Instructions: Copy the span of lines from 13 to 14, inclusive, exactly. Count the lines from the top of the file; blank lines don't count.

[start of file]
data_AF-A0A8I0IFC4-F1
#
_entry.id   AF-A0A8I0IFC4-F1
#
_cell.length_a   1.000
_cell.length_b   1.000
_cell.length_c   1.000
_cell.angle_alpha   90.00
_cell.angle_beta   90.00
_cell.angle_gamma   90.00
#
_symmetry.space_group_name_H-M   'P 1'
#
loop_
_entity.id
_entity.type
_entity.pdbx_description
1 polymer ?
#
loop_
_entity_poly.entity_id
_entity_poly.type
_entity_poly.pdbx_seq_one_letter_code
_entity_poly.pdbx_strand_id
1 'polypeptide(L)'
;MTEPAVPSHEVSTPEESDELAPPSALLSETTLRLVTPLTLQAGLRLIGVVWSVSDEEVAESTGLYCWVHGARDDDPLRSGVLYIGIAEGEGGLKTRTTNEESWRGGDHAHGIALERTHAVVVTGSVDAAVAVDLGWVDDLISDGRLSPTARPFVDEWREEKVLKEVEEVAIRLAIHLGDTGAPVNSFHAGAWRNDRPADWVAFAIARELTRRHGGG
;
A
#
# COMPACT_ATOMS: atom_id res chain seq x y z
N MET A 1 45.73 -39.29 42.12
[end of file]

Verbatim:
#
loop_